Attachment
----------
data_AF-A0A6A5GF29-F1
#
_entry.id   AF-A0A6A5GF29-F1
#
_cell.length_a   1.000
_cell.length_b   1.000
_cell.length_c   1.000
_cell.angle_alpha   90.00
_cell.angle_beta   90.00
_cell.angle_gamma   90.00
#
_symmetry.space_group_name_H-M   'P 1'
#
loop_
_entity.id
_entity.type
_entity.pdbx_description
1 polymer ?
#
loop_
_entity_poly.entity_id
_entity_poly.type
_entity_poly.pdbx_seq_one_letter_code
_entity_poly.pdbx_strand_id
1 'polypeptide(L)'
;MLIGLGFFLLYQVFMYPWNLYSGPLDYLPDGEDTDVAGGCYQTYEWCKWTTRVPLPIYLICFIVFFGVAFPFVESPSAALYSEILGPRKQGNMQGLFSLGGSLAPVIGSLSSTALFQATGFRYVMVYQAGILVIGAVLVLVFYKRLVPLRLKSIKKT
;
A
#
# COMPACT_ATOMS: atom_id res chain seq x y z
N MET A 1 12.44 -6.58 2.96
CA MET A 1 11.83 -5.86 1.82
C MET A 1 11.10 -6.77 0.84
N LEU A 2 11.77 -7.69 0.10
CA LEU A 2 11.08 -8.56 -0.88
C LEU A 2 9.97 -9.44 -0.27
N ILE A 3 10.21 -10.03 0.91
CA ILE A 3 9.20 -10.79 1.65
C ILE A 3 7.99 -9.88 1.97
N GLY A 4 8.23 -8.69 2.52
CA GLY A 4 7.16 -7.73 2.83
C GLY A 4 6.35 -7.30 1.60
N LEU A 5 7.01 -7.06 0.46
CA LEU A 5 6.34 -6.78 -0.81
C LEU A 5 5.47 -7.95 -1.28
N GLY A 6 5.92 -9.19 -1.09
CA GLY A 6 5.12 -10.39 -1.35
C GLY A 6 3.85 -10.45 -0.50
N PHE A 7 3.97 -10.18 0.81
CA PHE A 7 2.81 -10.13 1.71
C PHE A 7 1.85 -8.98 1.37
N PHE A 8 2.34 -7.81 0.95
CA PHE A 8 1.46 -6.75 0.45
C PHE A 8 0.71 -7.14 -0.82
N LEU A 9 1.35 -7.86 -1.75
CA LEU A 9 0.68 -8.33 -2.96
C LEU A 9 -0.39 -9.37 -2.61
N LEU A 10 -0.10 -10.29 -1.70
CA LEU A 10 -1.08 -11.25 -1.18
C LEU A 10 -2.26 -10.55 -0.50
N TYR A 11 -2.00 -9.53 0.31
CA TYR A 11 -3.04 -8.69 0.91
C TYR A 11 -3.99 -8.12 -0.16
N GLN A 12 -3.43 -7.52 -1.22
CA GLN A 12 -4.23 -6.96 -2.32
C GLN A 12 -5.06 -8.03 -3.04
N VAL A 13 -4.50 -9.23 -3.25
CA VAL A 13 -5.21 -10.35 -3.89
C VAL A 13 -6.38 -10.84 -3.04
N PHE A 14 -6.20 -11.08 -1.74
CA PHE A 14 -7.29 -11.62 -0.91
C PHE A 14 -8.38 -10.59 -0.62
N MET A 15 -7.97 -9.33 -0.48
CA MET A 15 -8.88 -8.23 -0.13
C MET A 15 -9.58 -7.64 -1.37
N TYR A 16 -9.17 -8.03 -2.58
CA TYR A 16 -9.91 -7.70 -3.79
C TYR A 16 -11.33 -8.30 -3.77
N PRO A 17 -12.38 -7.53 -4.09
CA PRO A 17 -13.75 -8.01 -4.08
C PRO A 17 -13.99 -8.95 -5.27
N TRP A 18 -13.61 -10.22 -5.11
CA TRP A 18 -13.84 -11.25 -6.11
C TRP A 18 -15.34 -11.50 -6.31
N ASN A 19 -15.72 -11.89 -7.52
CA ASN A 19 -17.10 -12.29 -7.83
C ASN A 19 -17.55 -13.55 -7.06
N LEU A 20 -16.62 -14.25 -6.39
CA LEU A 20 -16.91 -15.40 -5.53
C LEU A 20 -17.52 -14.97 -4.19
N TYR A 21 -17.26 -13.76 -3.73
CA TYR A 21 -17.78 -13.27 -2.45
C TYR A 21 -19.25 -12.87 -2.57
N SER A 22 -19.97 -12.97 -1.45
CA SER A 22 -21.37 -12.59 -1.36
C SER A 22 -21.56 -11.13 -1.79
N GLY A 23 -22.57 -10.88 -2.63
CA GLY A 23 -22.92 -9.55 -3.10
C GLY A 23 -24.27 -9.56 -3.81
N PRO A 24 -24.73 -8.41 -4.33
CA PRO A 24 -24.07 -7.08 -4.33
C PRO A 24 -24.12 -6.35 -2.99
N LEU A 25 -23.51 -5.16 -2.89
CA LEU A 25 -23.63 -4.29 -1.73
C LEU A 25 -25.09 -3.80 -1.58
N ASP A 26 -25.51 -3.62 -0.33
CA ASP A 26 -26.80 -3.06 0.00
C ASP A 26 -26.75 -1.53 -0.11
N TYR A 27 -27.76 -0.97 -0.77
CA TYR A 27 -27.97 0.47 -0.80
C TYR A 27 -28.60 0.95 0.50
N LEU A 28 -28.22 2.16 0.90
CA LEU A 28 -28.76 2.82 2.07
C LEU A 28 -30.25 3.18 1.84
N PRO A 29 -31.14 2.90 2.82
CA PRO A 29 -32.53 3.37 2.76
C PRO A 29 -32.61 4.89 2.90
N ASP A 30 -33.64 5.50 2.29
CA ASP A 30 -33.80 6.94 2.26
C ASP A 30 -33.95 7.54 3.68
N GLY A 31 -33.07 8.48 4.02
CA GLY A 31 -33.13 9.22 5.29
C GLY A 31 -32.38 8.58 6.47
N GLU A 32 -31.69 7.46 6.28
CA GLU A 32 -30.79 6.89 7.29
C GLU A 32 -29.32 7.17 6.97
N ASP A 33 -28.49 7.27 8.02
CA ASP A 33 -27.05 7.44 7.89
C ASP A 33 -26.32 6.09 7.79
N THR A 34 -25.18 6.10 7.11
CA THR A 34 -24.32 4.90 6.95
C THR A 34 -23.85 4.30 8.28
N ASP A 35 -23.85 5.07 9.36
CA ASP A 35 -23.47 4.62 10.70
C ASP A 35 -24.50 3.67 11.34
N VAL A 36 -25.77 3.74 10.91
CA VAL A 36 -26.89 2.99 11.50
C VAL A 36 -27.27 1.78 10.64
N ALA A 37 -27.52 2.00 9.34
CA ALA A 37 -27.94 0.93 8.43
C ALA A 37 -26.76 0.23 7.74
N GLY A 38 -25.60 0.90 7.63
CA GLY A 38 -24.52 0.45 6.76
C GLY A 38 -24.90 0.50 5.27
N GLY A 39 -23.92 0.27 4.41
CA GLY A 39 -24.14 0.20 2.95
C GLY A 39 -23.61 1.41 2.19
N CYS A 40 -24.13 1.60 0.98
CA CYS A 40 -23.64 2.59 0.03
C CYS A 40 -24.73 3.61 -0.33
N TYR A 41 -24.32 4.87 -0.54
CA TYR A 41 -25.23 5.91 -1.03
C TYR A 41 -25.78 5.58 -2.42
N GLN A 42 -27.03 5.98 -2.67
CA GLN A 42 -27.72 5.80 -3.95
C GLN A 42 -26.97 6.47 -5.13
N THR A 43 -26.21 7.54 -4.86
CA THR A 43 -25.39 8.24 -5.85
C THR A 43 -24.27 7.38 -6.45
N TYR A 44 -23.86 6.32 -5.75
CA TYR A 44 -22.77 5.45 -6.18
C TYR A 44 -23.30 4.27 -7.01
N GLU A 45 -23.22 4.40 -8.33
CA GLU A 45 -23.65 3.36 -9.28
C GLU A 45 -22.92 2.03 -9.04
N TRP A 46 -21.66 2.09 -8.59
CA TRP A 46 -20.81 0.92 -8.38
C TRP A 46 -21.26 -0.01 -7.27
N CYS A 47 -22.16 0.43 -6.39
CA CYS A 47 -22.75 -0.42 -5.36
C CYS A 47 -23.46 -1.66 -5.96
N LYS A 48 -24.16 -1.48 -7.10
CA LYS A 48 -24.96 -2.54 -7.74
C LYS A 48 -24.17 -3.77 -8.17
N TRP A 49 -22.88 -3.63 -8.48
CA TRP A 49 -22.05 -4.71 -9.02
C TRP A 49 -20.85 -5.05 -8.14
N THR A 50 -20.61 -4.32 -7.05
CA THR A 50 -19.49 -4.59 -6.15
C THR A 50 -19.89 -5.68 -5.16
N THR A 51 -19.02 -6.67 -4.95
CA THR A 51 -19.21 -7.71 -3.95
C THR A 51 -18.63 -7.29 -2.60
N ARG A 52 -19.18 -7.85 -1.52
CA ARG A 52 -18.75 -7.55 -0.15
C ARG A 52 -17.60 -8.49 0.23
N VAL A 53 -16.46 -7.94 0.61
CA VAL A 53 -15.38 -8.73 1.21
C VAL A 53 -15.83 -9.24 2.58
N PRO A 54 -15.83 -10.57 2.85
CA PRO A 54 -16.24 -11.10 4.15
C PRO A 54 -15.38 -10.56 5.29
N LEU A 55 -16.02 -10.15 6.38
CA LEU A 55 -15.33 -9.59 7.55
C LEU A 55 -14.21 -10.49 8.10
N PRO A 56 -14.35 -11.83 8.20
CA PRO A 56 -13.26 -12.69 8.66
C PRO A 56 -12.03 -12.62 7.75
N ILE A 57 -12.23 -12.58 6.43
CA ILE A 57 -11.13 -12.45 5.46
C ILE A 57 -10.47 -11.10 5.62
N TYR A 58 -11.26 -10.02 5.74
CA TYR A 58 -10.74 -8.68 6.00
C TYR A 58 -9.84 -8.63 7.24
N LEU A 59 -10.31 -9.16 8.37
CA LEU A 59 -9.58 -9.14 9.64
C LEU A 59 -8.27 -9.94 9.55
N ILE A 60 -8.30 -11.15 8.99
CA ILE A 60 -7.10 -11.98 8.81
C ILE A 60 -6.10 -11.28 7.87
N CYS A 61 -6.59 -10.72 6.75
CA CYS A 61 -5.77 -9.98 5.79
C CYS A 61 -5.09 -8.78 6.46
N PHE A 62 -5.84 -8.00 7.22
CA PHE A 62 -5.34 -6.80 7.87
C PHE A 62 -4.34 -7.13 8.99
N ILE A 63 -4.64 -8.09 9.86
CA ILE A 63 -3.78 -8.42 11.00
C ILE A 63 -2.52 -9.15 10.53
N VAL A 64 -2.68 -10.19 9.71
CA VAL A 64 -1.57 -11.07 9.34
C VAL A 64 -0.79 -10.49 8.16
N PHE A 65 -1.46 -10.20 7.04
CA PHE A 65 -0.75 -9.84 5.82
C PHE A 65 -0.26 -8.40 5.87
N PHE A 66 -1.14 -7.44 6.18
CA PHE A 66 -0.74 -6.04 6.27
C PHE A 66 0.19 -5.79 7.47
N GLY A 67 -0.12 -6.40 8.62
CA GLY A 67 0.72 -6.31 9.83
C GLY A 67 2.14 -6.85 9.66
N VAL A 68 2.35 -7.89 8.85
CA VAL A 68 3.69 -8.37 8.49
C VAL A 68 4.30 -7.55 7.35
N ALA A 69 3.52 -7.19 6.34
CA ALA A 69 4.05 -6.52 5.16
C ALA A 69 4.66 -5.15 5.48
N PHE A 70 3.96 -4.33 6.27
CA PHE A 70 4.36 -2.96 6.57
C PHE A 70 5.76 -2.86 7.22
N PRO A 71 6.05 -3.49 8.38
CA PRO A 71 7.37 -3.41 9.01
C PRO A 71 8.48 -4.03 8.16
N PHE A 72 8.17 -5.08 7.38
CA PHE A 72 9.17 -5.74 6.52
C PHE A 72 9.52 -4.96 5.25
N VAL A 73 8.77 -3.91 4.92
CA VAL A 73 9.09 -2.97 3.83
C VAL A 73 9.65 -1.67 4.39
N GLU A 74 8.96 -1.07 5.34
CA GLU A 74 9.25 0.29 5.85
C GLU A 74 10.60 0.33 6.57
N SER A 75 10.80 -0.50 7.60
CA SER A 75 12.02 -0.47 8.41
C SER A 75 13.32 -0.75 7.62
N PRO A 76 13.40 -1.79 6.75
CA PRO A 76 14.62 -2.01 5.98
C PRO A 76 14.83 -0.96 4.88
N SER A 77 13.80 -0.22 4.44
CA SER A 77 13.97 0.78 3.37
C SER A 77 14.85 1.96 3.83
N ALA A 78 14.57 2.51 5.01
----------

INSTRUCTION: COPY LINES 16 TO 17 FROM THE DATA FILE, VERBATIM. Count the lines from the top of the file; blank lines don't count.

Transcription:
_entity.type
_entity.pdbx_description